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Writing a tricky obit

Discussion in 'Journalism topics only' started by Batman, Dec 7, 2008.

  1. Batman

    Batman Well-Known Member

    Inspired by the Jelenic thread, but also something I was thinking about last week.

    There's a coach in our area who ain't dead yet, but he's getting up in years. If my math is right, he's pushing 80 now, so one of these days we're going to get the word that he's passed on. The guy is a hall of fame coach, won a bunch of state championships back in the day, and is pretty respected by a lot of former players.
    There's also a good number who revile him, with good reason, because he was caught fucking a cheerleader in the fieldhouse.
    Now, this happened well before my time. About 25 years ago. To the best of my knowledge, it wasn't his word against hers, or her parents. He was caught in the act. However, it being a slightly different time in journalism and a small town, there wasn't a whole lot printed about it in the paper. He was forced to resign, run out of town, and that was that. I think most of the case was covered up either by the school board or by the family. Everyone knows what happened, but no one wants to dredge it up.
    He surfaced in a neighboring town a few years later and coached another 10 or 15 years. So, other than word of mouth accounts, I've never gotten the exact specifics of who, when, where.

    Since I've been here, I've written several lengthy stories on this guy. Once when he went into the hall of fame, another time writing about the history of the program he basically built (they sucked before he came, and were a state power for the better part of 30 years afterward). I've always danced around the real reason he left here, because I didn't have the specifics and didn't want to touch that third rail without having everything nailed down.
    But, when we end up writing the obit on this guy, do we owe it to our readers to delve into that? Or should we just keep saying "He resigned from Podunk in 1983, but returned to coaching at Shelbyville five years later..."?
    Like I said, I've always felt like his scandal should be mentioned, but didn't want to touch it without all the details, for obvious libel-ridden reasons.
  2. Some Guy

    Some Guy Active Member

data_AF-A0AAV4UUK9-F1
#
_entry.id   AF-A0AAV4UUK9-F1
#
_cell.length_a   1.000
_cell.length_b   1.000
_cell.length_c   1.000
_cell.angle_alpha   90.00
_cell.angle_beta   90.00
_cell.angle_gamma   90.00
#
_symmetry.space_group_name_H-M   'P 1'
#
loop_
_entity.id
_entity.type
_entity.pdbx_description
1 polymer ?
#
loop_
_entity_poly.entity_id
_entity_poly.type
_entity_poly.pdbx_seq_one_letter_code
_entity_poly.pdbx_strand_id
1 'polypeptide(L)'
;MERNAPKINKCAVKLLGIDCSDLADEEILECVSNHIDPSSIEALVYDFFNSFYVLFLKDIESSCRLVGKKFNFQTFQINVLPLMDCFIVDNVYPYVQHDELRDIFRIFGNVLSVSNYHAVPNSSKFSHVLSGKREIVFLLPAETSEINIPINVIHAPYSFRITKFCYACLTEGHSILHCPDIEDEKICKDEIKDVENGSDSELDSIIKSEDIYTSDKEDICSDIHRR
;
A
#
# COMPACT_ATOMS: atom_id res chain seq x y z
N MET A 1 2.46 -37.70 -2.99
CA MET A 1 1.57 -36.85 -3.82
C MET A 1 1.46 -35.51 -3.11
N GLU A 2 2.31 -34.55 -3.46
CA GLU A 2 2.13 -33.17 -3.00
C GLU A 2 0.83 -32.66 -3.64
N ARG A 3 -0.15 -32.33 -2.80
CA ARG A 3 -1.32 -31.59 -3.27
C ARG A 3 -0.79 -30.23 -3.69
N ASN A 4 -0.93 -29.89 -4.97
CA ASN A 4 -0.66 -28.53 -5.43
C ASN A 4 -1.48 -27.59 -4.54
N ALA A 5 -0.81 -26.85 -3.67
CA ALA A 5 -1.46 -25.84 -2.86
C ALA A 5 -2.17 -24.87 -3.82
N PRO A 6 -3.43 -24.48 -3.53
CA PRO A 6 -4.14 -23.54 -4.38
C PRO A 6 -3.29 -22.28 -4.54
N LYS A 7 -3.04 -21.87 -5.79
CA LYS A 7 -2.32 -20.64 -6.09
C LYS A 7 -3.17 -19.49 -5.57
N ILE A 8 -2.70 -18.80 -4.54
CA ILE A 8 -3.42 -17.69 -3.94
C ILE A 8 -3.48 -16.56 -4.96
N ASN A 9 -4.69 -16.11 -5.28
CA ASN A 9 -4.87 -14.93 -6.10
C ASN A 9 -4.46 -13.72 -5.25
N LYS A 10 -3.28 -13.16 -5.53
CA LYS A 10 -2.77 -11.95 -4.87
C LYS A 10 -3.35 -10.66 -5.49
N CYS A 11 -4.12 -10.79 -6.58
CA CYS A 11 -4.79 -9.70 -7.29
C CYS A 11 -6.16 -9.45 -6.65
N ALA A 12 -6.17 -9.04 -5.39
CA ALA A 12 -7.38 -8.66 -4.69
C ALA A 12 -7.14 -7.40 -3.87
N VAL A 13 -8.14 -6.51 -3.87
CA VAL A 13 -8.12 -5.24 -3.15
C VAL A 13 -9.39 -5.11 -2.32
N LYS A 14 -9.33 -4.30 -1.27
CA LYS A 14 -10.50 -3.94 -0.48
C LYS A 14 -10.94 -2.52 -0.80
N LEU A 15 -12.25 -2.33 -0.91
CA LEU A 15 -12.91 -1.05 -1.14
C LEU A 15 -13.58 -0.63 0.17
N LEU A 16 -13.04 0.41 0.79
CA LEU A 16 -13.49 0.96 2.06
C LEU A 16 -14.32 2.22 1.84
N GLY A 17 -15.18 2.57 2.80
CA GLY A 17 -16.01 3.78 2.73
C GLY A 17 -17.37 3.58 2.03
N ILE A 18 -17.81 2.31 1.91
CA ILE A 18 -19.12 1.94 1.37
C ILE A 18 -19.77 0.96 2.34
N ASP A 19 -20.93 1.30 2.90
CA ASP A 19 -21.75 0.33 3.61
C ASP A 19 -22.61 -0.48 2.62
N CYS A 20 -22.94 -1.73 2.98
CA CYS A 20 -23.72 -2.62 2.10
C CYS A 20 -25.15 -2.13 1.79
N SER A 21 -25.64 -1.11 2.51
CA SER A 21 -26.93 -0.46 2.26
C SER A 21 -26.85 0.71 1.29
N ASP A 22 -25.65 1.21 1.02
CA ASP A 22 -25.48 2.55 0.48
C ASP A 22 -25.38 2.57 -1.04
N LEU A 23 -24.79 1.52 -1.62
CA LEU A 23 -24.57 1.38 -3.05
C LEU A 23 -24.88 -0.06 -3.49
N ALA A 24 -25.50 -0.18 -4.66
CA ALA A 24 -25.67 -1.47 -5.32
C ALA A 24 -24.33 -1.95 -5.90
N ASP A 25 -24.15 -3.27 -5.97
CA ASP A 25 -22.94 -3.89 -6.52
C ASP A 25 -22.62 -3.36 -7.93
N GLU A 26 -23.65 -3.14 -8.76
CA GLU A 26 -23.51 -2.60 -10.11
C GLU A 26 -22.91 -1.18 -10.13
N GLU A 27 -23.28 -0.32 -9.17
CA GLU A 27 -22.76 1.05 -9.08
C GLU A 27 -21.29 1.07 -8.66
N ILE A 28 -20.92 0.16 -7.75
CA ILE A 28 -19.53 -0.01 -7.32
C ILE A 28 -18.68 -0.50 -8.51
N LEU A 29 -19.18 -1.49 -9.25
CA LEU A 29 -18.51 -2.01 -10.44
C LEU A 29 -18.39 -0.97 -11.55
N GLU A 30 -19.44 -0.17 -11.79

Too bad he didn't kick the bucket while fucking the cheerleader.

    Then you could write: "He died doing what he loved -- an underaged piece of ass."
  3. DanOregon

    DanOregon Well-Known Member

    Reminds me of the classic Lou Grant episode where she has to write obits on some fellow journalists who died in a plane crash (that she was supposed to be on) and realized they were all losers who no one really liked.
  4. Ace

    Ace Well-Known Member

    What does "there wasn't a whole lot written about it in the newspaper" mean?

    Why don't you find copies of the paper 25 years ago and see what was written. If it's even a paragraph on an inappropriate relationship with a student, you've got what you need.
  5. BYH

    BYH Active Member

    Fucking outstanding.
  6. Batman

    Batman Well-Known Member

    Just what it sounds like. There was a story about his resignation that never mentioned exactly why he was resigning, just that he was and what he had accomplished with the football program. There was a copy of his brief resignation letter. There was the SE's column about "rumors" of the reasons, but it was actually somewhat sympathetic toward the coach. Talking about how we need to wait until the facts are known before rushing to judgment, etc.
    And that was it. Couple days later it seemed to disappear from the paper and everybody moved on. Reading it, I figured some sort of deal was struck between the parties -- you don't sue, press charges, or talk about this publicly, and coach leaves, goes away for a while, and never even thinks about working here again.
    Like I said, it's a small town during an era when a successful football coach would have pulled a lot of weight. Wouldn't surprise me in the least if something like that happened.
  7. Stitch

    Stitch Active Member

    You don't mention the incident, just the coach resigning.
  8. Ace

    Ace Well-Known Member

    Stitch is right. All you have now is rumors, which may or may not be true.

    In my experience, the most believable stories actually aren't true and the far-fetched ones are. And a coach with a cheerleader is far from far-fetched.
  9. sportsed

    sportsed Member

    If you didn't have enough to write about it when he was alive, then you don't have enough to write about it when he's dead. Sure, a dead man can't sue for defamation, but journalists ought to be better than that.
  10. jlee

    jlee Well-Known Member

    It sucks the guy got away with it, but the above quote tells me there's not a lot you can do.
  11. Batman

    Batman Well-Known Member

    The stories I've written about him, I've always felt a little dirty not mentioning it in some way, shape or form. And some readers have felt the same way, apparently. Last time I wrote one I got a nasty e-mail telling me I ought to be ashamed of myself for "glorifying that disgusting man."
    Yet any time you ask one of the old-timers what really happened back then, they give you the cock-eyed glance to leave it alone.
    So what ya gonna do?
  12. spnited

    spnited Active Member

    You're gonna leave it alone.

    And ask the e-mailer to give you his proof about what "that disgusting man" did.
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